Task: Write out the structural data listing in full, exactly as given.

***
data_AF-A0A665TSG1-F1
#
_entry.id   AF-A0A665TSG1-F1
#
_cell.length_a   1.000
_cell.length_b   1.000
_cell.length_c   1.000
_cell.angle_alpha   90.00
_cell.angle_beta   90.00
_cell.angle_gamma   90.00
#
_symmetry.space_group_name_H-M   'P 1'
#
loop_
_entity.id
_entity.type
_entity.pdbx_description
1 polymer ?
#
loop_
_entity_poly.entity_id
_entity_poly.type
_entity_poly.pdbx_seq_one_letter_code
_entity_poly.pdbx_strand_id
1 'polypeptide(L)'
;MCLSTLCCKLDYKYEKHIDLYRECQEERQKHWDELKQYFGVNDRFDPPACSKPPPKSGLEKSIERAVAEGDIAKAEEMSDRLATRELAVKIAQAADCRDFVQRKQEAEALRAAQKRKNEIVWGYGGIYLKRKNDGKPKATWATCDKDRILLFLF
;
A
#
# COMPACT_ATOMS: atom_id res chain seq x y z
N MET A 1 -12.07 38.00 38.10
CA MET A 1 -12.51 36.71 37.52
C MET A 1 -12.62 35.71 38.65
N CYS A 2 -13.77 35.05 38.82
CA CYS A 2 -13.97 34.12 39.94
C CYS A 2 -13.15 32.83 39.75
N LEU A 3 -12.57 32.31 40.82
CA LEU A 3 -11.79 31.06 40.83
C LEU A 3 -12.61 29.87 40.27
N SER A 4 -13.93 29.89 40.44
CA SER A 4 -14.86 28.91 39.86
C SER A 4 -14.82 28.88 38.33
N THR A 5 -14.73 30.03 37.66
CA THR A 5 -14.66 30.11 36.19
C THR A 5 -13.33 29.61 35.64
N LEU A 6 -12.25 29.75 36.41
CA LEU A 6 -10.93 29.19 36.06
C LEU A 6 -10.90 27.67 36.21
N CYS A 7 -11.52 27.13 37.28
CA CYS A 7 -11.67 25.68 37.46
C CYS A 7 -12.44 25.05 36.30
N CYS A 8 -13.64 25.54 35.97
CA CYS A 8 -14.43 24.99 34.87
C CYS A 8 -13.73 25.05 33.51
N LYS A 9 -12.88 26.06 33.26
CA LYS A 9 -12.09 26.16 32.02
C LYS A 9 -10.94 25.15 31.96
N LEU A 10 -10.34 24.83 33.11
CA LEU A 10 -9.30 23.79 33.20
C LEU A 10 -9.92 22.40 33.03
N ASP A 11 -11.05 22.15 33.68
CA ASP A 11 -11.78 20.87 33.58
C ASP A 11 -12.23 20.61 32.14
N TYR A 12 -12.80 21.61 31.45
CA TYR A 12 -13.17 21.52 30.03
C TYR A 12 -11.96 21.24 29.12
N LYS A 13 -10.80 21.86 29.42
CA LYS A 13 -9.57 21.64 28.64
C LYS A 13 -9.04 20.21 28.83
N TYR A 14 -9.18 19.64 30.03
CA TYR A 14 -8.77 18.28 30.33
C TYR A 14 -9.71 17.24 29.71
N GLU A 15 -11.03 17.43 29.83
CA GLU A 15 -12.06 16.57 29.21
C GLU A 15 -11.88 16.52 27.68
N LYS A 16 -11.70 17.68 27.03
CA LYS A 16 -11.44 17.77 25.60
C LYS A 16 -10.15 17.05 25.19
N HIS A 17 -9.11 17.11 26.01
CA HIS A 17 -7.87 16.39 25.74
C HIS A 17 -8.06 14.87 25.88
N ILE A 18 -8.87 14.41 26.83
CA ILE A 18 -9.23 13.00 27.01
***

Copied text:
data_AF-A0A665TSG1-F1
#
_entry.id   AF-A0A665TSG1-F1
#
_cell.length_a   1.000
_cell.length_b   1.000
_cell.length_c   1.000
_cell.angle_alpha   90.00
_cell.angle_beta   90.00
_cell.angle_gamma   90.00
#
_symmetry.space_group_name_H-M   'P 1'
#
loop_
_entity.id
_entity.type
_entity.pdbx_description
1 polymer ?
#
loop_
_entity_poly.entity_id
_entity_poly.type
_entity_poly.pdbx_seq_one_letter_code
_entity_poly.pdbx_strand_id
1 'polypeptide(L)'
;MCLSTLCCKLDYKYEKHIDLYRECQEERQKHWDELKQYFGVNDRFDPPACSKPPPKSGLEKSIERAVAEGDIAKAEEMSDRLATRELAVKIAQAADCRDFVQRKQEAEALRAAQKRKNEIVWGYGGIYLKRKNDGKPKATWATCDKDRILLFLF
;
A
#
# COMPACT_ATOMS: atom_id res chain seq x y z
N MET A 1 -12.07 38.00 38.10
CA MET A 1 -12.51 36.71 37.52
C MET A 1 -12.62 35.71 38.65
N CYS A 2 -13.77 35.05 38.82
CA CYS A 2 -13.97 34.12 39.94
C CYS A 2 -13.15 32.83 39.75
N LEU A 3 -12.57 32.31 40.82
CA LEU A 3 -11.79 31.06 40.83
C LEU A 3 -12.61 29.87 40.27
N SER A 4 -13.93 29.89 40.44
CA SER A 4 -14.86 28.91 39.86
C SER A 4 -14.82 28.88 38.33
N THR A 5 -14.73 30.03 37.66
CA THR A 5 -14.66 30.11 36.19
C THR A 5 -13.33 29.61 35.64
N LEU A 6 -12.25 29.75 36.41
CA LEU A 6 -10.93 29.19 36.06
C LEU A 6 -10.90 27.67 36.21
N CYS A 7 -11.52 27.13 37.28
CA CYS A 7 -11.67 25.68 37.46
C CYS A 7 -12.44 25.05 36.30
N CYS A 8 -13.64 25.54 35.97
CA CYS A 8 -14.43 24.99 34.87
C CYS A 8 -13.73 25.05 33.51
N LYS A 9 -12.88 26.06 33.26
CA LYS A 9 -12.09 26.16 32.02
C LYS A 9 -10.94 25.15 31.96
N LEU A 10 -10.34 24.83 33.11
CA LEU A 10 -9.30 23.79 33.20
C LEU A 10 -9.92 22.40 33.03
N ASP A 11 -11.05 22.15 33.68
CA ASP A 11 -11.78 20.87 33.58
C ASP A 11 -12.23 20.61 32.14
N TYR A 12 -12.80 21.61 31.45
CA TYR A 12 -13.17 21.52 30.03
C TYR A 12 -11.96 21.24 29.12
N LYS A 13 -10.80 21.86 29.42
CA LYS A 13 -9.57 21.64 28.64
C LYS A 13 -9.04 20.21 28.83
N TYR A 14 -9.18 19.64 30.03
CA TYR A 14 -8.77 18.28 30.33
C TYR A 14 -9.71 17.24 29.71
N GLU A 15 -11.03 17.43 29.83
CA GLU A 15 -12.06 16.57 29.21
C GLU A 15 -11.88 16.52 27.68
N LYS A 16 -11.70 17.68 27.03
CA LYS A 16 -11.44 17.77 25.60
C LYS A 16 -10.15 17.05 25.19
N HIS A 17 -9.11 17.11 26.01
CA HIS A 17 -7.87 16.39 25.74
C HIS A 17 -8.06 14.87 25.88
N ILE A 18 -8.87 14.41 26.83
CA ILE A 18 -9.23 13.00 27.01